# In an equilateral triangle ABC, D is a point on side BC, such that $BD = \frac{1}{3}BC$. Prove that $9AD^2 = 7AB^2$.

Given:

Equilateral $\vartriangle ABC$, D is a such a point on side BC that $BD=\frac{1}{3}BC$.

To do:

We have to prove that $9AD^{2}=7AB^{2}$.

Solution:

Draw $AE\perp BC$.

All sides of equilateral; triangles are equal ,

$\therefore AB=BC=CA$

Let $AB=BC=CA=x$

As given

$BD=\frac{1}{3}BC$

$\Rightarrow BD=\frac{x}{3}$

In $\vartriangle AEB$  and $\vartriangle AEC$,

$AE=AE$                      [common]

$AB=AC=x$                      [Equilateral triangle]

$\angle AEB=\angle AEC=90^o$    [$AE\perp BC$]

Therefore, by R.H.S. congruency,

$\vartriangle AEB \cong \vartriangle AEC$

This implies,

$BE=EC$           [C.P.C.T.]

$BE=EC=\frac{x}{2}$

$\Rightarrow BD+DE=\frac{x}{2}$

$\Rightarrow \frac{x}{3}+DE=\frac{x}{2}$

$\Rightarrow DE=\frac{x}{2}-\frac{x}{3}$

$\Rightarrow DE=\frac{x}{6}$

Using Pythagoras Theorem,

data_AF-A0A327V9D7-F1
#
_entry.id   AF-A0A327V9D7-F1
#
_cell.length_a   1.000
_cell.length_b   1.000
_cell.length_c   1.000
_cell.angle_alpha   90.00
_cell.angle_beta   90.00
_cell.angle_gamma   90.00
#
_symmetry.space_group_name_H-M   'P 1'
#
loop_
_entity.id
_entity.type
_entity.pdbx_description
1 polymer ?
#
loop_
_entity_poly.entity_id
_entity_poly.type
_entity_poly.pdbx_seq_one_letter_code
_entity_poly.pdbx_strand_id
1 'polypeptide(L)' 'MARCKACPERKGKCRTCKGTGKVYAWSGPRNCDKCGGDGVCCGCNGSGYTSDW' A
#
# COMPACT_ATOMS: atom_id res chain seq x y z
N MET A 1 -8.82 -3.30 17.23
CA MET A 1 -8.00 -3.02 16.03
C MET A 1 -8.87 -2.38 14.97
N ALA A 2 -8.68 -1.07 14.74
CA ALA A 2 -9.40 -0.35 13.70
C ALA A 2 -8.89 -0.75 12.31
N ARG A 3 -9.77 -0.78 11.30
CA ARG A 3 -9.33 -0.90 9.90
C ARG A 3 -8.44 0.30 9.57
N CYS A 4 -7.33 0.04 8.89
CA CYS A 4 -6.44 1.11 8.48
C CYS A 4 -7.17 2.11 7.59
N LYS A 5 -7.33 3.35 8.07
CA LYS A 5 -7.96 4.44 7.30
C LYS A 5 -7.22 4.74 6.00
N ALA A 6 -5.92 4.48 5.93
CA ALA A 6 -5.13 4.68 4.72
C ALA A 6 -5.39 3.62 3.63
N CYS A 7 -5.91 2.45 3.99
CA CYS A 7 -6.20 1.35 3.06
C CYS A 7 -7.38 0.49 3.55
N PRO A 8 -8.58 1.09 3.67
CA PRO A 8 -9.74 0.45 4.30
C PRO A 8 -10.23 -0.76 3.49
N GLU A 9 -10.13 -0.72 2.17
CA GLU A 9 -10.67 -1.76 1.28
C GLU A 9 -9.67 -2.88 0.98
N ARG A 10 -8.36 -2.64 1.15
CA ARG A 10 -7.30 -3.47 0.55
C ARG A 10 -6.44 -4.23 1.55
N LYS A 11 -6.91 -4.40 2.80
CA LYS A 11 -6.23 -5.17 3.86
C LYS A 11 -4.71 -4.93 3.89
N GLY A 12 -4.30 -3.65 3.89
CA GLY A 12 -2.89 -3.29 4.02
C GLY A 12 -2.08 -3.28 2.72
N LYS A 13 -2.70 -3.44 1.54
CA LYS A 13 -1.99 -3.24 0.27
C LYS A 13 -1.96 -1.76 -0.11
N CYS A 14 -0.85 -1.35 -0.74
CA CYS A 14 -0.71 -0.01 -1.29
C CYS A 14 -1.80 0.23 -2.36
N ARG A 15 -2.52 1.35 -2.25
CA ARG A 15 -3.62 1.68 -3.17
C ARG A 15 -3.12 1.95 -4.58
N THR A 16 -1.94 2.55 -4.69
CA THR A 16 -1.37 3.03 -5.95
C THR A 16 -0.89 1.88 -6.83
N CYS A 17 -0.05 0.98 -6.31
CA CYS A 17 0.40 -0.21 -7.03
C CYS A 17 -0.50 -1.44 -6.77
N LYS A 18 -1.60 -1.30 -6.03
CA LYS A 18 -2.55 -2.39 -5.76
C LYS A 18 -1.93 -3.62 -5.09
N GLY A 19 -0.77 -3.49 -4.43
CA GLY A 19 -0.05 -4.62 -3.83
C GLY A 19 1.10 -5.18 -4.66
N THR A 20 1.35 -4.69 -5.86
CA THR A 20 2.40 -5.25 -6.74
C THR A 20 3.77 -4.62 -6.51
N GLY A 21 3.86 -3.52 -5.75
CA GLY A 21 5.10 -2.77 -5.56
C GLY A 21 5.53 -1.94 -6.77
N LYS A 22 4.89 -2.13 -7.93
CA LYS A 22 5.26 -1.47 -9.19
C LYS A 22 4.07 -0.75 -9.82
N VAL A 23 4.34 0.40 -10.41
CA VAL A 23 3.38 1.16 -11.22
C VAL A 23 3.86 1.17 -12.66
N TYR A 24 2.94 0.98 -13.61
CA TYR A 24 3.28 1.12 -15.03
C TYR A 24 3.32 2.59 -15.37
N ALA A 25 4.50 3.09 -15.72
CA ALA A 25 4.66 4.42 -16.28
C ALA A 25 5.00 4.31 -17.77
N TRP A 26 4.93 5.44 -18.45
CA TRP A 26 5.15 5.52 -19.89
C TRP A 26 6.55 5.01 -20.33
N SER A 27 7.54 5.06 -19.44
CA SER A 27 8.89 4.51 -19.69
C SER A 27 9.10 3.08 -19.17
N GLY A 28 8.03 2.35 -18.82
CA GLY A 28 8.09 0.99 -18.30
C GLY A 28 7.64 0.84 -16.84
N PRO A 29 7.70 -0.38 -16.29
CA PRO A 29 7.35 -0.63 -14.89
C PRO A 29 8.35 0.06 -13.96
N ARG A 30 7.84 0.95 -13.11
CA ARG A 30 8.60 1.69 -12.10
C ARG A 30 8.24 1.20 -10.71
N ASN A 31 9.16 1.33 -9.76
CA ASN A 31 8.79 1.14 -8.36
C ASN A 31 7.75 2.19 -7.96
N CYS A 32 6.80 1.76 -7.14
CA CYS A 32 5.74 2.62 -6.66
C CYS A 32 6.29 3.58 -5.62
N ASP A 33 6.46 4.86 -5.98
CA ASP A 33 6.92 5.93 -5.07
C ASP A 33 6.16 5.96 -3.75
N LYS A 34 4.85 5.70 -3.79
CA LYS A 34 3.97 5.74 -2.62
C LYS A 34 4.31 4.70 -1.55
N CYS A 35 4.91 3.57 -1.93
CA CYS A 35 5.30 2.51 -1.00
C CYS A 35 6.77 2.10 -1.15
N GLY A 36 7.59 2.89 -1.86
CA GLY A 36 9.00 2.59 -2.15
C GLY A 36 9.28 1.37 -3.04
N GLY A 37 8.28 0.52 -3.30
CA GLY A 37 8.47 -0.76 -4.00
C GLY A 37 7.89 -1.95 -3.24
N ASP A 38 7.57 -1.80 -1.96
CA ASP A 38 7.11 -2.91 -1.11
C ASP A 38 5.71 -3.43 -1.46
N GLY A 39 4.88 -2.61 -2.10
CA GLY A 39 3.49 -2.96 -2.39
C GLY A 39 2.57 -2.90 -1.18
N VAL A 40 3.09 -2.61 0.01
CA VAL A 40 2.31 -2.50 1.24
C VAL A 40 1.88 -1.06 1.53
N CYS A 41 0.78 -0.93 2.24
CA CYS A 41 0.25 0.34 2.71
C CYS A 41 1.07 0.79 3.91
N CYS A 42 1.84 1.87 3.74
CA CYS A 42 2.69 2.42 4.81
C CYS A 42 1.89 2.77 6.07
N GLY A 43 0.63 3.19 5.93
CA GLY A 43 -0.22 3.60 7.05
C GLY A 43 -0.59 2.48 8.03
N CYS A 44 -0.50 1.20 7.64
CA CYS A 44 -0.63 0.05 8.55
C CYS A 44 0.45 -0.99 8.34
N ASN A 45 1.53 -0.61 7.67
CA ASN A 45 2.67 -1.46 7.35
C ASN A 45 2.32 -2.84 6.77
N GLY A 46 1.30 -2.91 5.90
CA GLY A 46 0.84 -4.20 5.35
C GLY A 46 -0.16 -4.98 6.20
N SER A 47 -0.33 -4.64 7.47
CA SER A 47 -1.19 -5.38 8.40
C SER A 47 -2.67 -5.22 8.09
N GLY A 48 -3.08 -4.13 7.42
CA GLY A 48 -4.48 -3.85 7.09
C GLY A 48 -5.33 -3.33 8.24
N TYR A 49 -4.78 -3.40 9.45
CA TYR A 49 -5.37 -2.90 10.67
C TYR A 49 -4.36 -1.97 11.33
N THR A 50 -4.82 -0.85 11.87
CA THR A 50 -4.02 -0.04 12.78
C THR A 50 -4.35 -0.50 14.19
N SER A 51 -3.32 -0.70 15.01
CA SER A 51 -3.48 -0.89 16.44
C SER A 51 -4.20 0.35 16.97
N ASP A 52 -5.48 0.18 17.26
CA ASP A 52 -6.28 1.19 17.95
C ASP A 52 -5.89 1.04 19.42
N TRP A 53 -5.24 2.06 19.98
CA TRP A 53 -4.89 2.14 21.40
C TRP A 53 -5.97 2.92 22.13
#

$( Hypotenuse)^{2}=( Height)^{2}+( Base)^{2}$

In $\vartriangle AEB$,

$(AB)^{2}=(AE)^{2}+(BE)^{2}$

$x^{2}=(AE)^{2}+( \frac{x}{2})^{2}$

$\Rightarrow (AE)^{2}=x^{2}-\frac{x^{2}}{4}$

$\Rightarrow ( AE)^{2}=\frac{4x^{2}-x^{2}}{4}$

$\Rightarrow ( AE)^2=\frac{3x^{2}}{4}$.........(i)

Similarly, In $\vartriangle AED$

$(AD)^{2}=(AE)^{2}+(DE)^{2}$

$\Rightarrow (AD)^{2}=\frac{3x^{2}}{4}+( \frac{x}{6})^{2}$   [From (i)]

$\Rightarrow (AD)^{2}=\frac{3x^{2}}{4}+\frac{x^{2}}{36}$

$\Rightarrow (AD)^{2}=\frac{27x^{2}+x^{2}}{36}$

$\Rightarrow (AD)^{2}=\frac{28x^{2}}{36}$

$\Rightarrow (AD)^{2}=\frac{7x^{2}}{9}$

$\Rightarrow 9(AD)^{2}=\frac{7x^{2}}{9}\times 9$       [Multiplying both sides by 9]

$\Rightarrow 9(AD)^{2}=7x^{2}$

$\Rightarrow 9(AD)^{2}=7(AB)^{2}$

Hence proved.

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